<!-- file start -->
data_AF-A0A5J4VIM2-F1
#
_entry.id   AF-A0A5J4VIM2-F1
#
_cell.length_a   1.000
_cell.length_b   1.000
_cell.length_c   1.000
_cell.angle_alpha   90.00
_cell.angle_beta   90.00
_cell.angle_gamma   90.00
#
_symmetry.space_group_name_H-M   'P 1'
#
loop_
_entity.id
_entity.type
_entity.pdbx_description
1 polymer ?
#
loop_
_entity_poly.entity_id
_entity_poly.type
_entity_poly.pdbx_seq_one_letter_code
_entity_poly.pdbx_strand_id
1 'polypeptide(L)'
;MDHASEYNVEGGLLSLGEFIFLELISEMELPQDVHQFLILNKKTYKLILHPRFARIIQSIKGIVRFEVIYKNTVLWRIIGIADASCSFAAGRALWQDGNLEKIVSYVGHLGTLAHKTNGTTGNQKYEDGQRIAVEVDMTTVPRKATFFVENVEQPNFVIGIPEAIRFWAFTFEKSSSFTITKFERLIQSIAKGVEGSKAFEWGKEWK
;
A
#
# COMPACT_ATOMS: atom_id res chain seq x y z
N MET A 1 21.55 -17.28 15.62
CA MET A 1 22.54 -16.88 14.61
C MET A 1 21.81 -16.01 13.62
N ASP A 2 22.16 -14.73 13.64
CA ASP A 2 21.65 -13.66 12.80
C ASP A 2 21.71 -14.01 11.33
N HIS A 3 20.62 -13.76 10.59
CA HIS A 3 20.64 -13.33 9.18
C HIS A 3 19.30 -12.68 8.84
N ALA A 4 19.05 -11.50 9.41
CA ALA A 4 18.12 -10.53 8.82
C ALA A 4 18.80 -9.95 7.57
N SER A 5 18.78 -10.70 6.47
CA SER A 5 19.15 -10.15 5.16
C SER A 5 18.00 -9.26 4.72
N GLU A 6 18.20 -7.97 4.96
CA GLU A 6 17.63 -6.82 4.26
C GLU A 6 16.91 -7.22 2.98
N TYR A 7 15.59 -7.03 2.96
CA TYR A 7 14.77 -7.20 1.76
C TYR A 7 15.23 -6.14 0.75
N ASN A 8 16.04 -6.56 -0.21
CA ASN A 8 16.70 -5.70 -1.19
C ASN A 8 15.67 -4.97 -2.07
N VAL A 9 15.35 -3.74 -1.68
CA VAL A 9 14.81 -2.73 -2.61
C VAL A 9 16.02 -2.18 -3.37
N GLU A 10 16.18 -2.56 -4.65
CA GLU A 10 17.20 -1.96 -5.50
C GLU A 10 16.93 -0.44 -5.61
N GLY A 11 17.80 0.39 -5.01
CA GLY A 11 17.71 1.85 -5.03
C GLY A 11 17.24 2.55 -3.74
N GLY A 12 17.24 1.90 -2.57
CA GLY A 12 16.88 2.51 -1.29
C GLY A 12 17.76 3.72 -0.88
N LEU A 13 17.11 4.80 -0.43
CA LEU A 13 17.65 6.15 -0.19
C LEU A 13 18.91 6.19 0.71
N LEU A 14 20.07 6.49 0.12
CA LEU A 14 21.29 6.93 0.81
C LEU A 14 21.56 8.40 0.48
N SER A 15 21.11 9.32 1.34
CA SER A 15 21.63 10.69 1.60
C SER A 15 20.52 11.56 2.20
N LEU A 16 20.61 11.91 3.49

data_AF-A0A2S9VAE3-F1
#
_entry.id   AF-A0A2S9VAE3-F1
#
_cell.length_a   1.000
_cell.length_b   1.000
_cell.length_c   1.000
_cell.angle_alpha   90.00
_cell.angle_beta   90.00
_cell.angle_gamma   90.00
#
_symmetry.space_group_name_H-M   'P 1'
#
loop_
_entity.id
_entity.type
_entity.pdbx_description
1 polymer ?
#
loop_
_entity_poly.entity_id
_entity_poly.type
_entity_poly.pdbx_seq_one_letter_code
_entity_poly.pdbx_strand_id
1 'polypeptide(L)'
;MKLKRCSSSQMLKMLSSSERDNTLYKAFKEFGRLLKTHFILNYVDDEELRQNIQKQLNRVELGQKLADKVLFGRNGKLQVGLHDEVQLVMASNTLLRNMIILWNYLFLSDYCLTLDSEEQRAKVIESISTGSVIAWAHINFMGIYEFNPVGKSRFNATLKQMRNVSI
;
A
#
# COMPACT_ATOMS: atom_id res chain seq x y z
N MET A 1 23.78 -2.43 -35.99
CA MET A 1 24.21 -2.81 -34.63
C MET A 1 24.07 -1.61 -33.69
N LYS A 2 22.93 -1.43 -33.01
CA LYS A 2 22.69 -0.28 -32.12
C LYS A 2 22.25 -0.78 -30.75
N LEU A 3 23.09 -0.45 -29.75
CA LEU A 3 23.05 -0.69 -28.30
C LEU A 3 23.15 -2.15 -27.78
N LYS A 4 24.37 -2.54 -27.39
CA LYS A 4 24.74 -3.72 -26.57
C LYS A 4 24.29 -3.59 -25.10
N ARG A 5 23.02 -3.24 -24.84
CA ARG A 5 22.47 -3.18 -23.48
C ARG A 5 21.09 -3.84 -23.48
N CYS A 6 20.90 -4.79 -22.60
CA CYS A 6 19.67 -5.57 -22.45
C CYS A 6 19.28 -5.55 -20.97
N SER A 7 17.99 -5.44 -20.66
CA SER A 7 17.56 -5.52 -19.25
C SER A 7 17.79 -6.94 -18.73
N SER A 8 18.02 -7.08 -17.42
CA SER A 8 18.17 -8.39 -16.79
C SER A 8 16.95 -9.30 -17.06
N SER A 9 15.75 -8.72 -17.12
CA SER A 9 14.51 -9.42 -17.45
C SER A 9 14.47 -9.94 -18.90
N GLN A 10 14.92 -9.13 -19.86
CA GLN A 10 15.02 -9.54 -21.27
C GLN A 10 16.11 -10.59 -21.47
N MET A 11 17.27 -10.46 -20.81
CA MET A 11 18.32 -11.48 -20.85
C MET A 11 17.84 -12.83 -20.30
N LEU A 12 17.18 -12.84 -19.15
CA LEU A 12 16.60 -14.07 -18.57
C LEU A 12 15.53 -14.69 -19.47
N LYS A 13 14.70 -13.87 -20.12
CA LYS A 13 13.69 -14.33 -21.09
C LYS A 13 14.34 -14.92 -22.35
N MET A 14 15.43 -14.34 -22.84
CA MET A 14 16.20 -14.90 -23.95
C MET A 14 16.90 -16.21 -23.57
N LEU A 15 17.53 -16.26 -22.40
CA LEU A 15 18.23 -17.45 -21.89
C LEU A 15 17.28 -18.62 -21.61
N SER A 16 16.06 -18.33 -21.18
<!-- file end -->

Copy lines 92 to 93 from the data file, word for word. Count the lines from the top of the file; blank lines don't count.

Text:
_entity.type
_entity.pdbx_description